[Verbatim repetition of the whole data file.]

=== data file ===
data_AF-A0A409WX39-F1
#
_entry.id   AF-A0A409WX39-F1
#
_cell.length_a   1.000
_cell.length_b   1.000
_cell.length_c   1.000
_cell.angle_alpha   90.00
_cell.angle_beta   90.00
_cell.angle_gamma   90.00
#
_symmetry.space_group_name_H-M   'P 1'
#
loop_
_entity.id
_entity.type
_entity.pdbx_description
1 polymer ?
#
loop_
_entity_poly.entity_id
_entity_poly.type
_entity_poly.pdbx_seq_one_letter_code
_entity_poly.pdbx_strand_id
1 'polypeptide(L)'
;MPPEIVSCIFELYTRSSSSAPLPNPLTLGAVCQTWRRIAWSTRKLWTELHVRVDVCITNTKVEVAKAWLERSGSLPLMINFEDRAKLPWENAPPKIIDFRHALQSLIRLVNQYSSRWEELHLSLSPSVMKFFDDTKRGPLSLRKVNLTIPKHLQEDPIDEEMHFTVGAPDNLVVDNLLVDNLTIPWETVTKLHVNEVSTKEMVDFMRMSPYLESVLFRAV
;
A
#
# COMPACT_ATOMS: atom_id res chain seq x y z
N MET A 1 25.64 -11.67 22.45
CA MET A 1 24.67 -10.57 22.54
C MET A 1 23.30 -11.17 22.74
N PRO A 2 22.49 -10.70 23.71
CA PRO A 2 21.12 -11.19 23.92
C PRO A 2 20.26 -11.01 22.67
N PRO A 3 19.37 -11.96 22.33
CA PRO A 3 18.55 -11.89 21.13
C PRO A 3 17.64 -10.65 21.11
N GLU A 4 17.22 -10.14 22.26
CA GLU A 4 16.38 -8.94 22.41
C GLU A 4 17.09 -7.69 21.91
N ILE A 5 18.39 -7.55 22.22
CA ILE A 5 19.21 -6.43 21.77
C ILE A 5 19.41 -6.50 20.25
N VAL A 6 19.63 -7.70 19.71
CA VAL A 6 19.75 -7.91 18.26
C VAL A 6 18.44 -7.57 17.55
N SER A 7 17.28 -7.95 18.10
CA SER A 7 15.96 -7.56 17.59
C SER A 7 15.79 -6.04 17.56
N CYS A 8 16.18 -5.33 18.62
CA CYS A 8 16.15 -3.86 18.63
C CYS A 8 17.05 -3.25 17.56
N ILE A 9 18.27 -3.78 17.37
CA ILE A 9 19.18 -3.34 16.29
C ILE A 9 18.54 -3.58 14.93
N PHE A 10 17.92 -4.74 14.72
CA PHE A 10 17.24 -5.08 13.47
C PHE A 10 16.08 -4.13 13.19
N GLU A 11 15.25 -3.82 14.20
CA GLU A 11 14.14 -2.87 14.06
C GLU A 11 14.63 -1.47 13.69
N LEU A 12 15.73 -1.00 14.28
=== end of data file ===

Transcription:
data_AF-A0A409WX39-F1
#
_entry.id   AF-A0A409WX39-F1
#
_cell.length_a   1.000
_cell.length_b   1.000
_cell.length_c   1.000
_cell.angle_alpha   90.00
_cell.angle_beta   90.00
_cell.angle_gamma   90.00
#
_symmetry.space_group_name_H-M   'P 1'
#
loop_
_entity.id
_entity.type
_entity.pdbx_description
1 polymer ?
#
loop_
_entity_poly.entity_id
_entity_poly.type
_entity_poly.pdbx_seq_one_letter_code
_entity_poly.pdbx_strand_id
1 'polypeptide(L)'
;MPPEIVSCIFELYTRSSSSAPLPNPLTLGAVCQTWRRIAWSTRKLWTELHVRVDVCITNTKVEVAKAWLERSGSLPLMINFEDRAKLPWENAPPKIIDFRHALQSLIRLVNQYSSRWEELHLSLSPSVMKFFDDTKRGPLSLRKVNLTIPKHLQEDPIDEEMHFTVGAPDNLVVDNLLVDNLTIPWETVTKLHVNEVSTKEMVDFMRMSPYLESVLFRAV
;
A
#
# COMPACT_ATOMS: atom_id res chain seq x y z
N MET A 1 25.64 -11.67 22.45
CA MET A 1 24.67 -10.57 22.54
C MET A 1 23.30 -11.17 22.74
N PRO A 2 22.49 -10.70 23.71
CA PRO A 2 21.12 -11.19 23.92
C PRO A 2 20.26 -11.01 22.67
N PRO A 3 19.37 -11.96 22.33
CA PRO A 3 18.55 -11.89 21.13
C PRO A 3 17.64 -10.65 21.11
N GLU A 4 17.22 -10.14 22.26
CA GLU A 4 16.38 -8.94 22.41
C GLU A 4 17.09 -7.69 21.91
N ILE A 5 18.39 -7.55 22.22
CA ILE A 5 19.21 -6.43 21.77
C ILE A 5 19.41 -6.50 20.25
N VAL A 6 19.63 -7.70 19.71
CA VAL A 6 19.75 -7.91 18.26
C VAL A 6 18.44 -7.57 17.55
N SER A 7 17.28 -7.95 18.10
CA SER A 7 15.96 -7.56 17.59
C SER A 7 15.79 -6.04 17.56
N CYS A 8 16.18 -5.33 18.62
CA CYS A 8 16.15 -3.86 18.63
C CYS A 8 17.05 -3.25 17.56
N ILE A 9 18.27 -3.78 17.37
CA ILE A 9 19.18 -3.34 16.29
C ILE A 9 18.54 -3.58 14.93
N PHE A 10 17.92 -4.74 14.72
CA PHE A 10 17.24 -5.08 13.47
C PHE A 10 16.08 -4.13 13.19
N GLU A 11 15.25 -3.82 14.20
CA GLU A 11 14.14 -2.87 14.06
C GLU A 11 14.63 -1.47 13.69
N LEU A 12 15.73 -1.00 14.28